PrintE-mail Written by Christian Jones

'In space no one can hear you scream', so the tagline to Ridley Scott's seminal 1979 Alien informed us. Well there's plenty of screaming to be heard in Audible's Alien: Out of the Shadows full cast audio dramatization, written, produced and directed by the legendary Dirk Maggs. Adapted from Tim Lebbon's 2014 novel, which has been confirmed as canon by 20th Century Fox, this is the official sequel to Alien. 

In fact the drama opens with Ripley narrating her final log entry before she and Jonesy enter hypersleep at the end of Alien. Then some 37 years later Ripley is inadvertently picked up by the orbital mining freighter 'The Marion' just as two of its drop ships appear, in which the on-board cameras reveal the crew being attacked by the iconic xenomorphs. When the captain is killed, Chief Engineer Hooper finds himself in command and responsible for not just the lives of his crew, but also for the survivor of the only previous alien encounter. Ripley and the Marion's crew find themselves in a life and death struggle not only against the alien infestation but also against Ash, the Artificial Intelligence that will stop at nothing to secure an alien specimen alive.

It is truly astonishing how Maggs has managed to convey the ascetic of the original film. Although you can't see the huge, grimy industrial ship, you just know that The Marion is a huge, grimy industrial ship through the sounds, the echoes, and the apathetic way in which the crew conduct themselves. The mine scenes are also hugely effective, with the sound design stunningly effective in creating a sense of claustrophobia in the long dark tunnels before opening into huge chambers that contain derelict spacecraft. The use of the movies sound effects also add much to this audio drama, which really helps to ground this story within the Alien universe.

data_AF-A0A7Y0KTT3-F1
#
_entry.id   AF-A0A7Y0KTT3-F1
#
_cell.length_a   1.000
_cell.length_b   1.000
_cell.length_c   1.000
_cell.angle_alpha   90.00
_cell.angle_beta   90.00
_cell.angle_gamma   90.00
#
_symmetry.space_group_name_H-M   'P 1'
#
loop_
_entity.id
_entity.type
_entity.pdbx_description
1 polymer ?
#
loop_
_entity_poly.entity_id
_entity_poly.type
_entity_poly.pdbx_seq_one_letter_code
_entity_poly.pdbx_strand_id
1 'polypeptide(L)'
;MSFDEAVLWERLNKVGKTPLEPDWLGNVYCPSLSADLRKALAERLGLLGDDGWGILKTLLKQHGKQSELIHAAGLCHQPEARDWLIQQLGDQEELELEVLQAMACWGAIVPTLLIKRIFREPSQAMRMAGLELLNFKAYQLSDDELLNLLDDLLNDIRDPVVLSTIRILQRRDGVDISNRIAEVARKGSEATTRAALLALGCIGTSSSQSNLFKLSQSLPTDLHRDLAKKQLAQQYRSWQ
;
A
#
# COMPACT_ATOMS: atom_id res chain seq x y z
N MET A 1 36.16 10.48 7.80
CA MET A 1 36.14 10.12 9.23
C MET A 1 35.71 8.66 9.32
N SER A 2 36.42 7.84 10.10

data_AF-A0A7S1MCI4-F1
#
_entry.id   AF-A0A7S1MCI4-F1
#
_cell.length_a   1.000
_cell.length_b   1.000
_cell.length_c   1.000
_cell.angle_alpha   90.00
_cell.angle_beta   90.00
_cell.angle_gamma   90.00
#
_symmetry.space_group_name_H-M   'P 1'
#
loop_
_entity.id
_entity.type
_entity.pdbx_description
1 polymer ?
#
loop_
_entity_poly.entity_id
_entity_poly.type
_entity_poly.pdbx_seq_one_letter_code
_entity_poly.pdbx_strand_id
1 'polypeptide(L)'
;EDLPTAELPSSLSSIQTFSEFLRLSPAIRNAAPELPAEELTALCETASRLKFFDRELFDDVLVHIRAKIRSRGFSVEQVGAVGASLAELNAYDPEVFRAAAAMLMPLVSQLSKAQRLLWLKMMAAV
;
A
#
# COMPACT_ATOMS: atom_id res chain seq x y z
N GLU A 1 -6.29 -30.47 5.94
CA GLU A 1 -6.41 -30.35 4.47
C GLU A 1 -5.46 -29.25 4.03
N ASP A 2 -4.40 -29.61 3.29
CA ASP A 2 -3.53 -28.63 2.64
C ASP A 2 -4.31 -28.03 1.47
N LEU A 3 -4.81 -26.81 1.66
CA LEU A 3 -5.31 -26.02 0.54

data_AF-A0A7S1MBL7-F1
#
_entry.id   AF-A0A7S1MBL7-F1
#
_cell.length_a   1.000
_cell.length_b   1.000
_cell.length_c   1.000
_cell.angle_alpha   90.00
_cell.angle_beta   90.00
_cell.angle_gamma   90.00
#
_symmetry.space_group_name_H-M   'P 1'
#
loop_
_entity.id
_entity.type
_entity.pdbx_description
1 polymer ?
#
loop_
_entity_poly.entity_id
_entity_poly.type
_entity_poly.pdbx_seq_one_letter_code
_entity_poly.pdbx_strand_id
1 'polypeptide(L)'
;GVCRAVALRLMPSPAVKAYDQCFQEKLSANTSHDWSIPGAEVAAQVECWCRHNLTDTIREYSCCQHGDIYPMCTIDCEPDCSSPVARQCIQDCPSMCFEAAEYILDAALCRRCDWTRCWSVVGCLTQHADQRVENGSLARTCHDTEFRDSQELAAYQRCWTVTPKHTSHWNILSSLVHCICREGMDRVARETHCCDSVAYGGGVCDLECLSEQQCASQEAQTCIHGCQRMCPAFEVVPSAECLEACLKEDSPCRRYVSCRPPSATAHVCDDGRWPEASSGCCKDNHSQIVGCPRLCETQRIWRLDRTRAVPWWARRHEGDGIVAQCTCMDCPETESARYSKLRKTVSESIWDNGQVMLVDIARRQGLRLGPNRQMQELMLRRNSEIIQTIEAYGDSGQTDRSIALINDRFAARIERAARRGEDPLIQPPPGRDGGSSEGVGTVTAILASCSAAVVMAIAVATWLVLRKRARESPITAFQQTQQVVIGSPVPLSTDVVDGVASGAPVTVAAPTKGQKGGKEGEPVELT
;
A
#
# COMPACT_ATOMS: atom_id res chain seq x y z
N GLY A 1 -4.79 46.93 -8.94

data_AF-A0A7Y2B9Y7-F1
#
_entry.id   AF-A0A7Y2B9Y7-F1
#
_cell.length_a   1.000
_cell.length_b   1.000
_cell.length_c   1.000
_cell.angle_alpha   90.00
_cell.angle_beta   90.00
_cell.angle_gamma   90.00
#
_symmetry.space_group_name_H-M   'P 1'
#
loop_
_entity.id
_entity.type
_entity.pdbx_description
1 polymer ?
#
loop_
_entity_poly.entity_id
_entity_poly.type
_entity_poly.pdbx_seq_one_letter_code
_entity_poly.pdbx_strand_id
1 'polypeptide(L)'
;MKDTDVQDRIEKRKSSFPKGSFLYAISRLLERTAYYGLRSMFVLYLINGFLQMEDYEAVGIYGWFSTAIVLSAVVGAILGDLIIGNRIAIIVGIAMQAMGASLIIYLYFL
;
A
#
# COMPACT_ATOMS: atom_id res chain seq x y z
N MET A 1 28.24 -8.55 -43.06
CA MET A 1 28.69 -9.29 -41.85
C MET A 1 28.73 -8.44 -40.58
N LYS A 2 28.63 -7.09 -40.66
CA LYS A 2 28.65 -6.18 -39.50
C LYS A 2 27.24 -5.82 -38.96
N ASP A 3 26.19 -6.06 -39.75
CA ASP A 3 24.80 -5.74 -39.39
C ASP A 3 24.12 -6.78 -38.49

The cast is outstanding but Laurel Lefkow's performance as Ripley is just perfect. Her vocal mannerisms and inflection are practically identical to that of Sigourney Weaver. This reviewer had to check the cast list just to be sure that it wasn't actually Weaver. In what must be called an inspired piece of casting, Rutger Hauer plays Ash the homicidal AI programme, hell bent on completing his mission as programmed by his Weyland Yutani masters. The fact that Hauer sounds nothing like Ian Holm, whom played Ash in Scott's movie, is amusingly addressed. Indeed it is Ash that provides the humour, albeit in a very dry, laconic manner, in what would otherwise be a relentlessly grim and brutal drama. James Hannigan's music also echoes that of Jerry Goldsmith (Alien) and James Horner (Aliens) and he would be a welcome return, should Audible produce more of these adaptations.

The only criticisms that can be levied on Alien: Out of the Shadows is not on the vocal performances or sound design but rather the story itself. As this story is set between Alien and Aliens there is little sense of Ripley in jeopardy and the other characters are essentially alien fodder. And we know what you're asking yourselves, "How come Ripley has no recollection of these events in Aliens?", Well rest assured that is explained too in a plausible if somewhat contrived manner. These are minor niggles in what is otherwise a tight, tense, roll-a-coaster of a ride, and although the characters, other than Ripley, are expendable when they do meet their inevitable demise it is shocking and, dare we say, tinged with an element of sadness, which is a testament to the entire casts performance.

At its near five hours running time, not once does Alien: Out of the Shadows lose momentum. It's as cinematic in scope and sound as any of its silver screen brethren, and a darn sight better and more enjoyable than anything post Aliens. Yes, that includes you too Prometheus! Happy Alien Day!


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